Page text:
With the news that comedic actor Jimmy O. Yang will write the adaptation for Jon M. Chu’s forthcoming film The Great Chinese Art Heist comes the inevitable backlash from members of the Chinese community who object to the premise of the movie and the article on which it is based.
In 2018, GQ published on article by Alex W. Palmer detailing a recent rash of high-profile heists of Chinese antiquities from European museums.
It explored the possibility that the Chinese government was actually behind the thefts in an unorthodox effort to secure the restitution of artworks and artifacts taken by colonial powers, particularly from Beijing’s old Summer Palace, destroyed by French and British forces in 1860.
China’s interest in locating and recovering its lost art has been made clear by the state-run conglomerate China Poly Group. Palmer wrote of the business’s treasure-hunting delegation that visited international museums in search of stolen works in 2009.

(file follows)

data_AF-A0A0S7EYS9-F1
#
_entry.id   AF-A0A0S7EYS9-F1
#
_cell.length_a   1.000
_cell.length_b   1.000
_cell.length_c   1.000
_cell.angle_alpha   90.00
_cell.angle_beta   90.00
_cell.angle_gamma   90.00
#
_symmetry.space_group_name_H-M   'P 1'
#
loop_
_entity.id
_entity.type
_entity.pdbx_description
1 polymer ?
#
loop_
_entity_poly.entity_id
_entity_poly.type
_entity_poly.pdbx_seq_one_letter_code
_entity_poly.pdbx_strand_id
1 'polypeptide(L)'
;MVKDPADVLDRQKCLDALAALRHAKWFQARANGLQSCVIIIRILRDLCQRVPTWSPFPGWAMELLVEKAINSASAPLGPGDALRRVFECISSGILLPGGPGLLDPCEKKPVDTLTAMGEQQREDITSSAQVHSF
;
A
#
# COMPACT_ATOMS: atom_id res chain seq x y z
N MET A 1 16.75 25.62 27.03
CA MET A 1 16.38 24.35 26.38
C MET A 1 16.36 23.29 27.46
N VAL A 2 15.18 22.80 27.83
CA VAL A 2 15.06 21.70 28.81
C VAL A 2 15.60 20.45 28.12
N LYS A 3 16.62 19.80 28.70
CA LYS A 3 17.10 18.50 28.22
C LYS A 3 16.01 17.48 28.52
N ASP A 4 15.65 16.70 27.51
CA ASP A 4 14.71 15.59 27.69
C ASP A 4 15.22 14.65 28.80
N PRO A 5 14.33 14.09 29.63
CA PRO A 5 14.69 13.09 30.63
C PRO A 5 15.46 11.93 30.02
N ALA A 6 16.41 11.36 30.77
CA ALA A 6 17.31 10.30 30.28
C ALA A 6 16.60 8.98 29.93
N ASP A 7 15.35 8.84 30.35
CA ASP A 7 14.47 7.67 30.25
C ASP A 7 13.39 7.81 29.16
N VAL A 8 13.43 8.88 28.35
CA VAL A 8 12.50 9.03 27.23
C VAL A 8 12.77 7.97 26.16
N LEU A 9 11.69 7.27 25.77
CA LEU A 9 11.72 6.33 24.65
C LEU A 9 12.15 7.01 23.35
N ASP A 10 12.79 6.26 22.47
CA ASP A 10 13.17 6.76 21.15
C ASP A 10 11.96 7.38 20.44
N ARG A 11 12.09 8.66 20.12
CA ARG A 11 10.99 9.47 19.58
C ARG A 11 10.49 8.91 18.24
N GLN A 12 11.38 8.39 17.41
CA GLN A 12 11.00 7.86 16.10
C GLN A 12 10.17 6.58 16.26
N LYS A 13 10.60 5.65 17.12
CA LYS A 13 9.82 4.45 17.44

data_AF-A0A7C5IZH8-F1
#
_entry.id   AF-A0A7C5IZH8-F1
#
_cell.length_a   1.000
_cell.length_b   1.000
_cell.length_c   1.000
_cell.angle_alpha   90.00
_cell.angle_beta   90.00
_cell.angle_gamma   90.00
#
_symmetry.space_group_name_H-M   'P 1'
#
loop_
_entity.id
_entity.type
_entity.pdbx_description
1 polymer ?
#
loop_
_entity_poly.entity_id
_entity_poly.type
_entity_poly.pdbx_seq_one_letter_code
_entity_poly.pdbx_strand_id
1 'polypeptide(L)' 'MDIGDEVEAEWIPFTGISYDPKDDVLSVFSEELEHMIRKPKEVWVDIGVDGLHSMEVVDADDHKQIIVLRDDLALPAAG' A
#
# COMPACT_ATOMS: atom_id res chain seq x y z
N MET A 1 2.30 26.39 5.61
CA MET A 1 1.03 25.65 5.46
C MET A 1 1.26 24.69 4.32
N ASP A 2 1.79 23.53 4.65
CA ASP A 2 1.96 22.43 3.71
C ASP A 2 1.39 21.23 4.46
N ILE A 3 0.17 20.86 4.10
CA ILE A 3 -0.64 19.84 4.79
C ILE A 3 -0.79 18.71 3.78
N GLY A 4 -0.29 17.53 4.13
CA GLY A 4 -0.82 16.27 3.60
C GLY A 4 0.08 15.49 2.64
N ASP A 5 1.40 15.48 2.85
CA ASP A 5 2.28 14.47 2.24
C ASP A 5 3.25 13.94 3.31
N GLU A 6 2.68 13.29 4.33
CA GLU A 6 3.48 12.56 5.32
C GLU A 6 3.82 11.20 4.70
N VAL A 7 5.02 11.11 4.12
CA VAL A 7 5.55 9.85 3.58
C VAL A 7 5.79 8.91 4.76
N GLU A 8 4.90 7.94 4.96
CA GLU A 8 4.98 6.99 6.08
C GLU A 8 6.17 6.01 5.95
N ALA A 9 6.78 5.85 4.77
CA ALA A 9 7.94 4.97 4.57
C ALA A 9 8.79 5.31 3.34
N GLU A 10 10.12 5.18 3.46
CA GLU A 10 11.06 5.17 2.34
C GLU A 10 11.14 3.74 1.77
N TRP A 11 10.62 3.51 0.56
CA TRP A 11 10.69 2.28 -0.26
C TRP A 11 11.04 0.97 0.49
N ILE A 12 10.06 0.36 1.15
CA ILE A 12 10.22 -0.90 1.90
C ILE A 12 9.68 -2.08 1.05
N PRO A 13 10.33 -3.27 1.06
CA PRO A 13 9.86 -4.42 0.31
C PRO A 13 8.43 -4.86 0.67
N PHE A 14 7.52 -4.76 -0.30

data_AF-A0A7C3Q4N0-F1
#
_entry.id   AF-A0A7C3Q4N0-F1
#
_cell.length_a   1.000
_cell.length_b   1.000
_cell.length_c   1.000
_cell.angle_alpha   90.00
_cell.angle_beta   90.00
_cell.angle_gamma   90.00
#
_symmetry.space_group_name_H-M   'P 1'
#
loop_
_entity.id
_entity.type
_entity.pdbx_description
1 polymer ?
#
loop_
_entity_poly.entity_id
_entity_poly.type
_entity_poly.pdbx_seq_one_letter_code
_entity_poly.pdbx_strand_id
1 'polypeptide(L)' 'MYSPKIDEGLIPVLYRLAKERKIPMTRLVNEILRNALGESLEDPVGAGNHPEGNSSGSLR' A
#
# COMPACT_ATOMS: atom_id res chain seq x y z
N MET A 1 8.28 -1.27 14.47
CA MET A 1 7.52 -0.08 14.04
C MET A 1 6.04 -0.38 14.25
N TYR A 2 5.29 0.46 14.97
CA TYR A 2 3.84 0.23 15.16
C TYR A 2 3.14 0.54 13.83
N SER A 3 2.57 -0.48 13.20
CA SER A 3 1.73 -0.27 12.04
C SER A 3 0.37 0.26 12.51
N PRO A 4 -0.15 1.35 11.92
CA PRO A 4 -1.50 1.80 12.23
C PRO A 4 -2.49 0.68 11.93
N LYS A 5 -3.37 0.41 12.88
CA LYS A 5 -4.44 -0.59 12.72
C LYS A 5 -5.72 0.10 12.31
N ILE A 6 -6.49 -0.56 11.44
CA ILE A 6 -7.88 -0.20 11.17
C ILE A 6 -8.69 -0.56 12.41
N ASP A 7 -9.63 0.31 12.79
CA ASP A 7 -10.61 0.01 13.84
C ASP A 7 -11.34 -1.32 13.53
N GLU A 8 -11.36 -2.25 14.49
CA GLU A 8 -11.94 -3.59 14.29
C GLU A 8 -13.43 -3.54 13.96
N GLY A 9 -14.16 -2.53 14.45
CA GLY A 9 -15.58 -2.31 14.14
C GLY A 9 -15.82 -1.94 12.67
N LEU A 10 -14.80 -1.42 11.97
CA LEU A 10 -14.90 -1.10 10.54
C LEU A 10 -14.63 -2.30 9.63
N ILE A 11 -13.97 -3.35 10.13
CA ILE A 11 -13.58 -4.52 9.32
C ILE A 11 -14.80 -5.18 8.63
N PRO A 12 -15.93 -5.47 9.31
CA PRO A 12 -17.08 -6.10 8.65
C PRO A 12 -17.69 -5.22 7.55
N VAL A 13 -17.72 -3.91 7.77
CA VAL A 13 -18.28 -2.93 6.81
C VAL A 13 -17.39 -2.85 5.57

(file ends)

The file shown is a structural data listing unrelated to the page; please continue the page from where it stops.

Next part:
Poly Group was less than pleased that article questioned whether the robberies were related to its research efforts.
“It is nonsense! Their suspicion is groundless,” Jiang Yingchun, the general manager of Poly Culture Group told the Global Times at the time of the original story’s publication.
He insisted that the company “will reserve the right to take legal action against GQ.”
“It’s disheartening that Hollywood decided to base the movie on an article that insinuated the Chinese government is behind the robberies,” Zhu Qirui, an entertainment commentator and former reporter in Beijing, told South China Morning Post this week. “I see the plan to make the movie as a Western ploy to discredit China on the international stage.”
But the planned Warner Bros. film stands to be a high-profile release, given the success of Chu’s blockbuster hit Crazy Rich Asians.
Follow Artnet News on Facebook:
Want to stay ahead of the art world? Subscribe to our newsletter to get the breaking news, eye-opening interviews, and incisive critical takes that drive the conversation forward.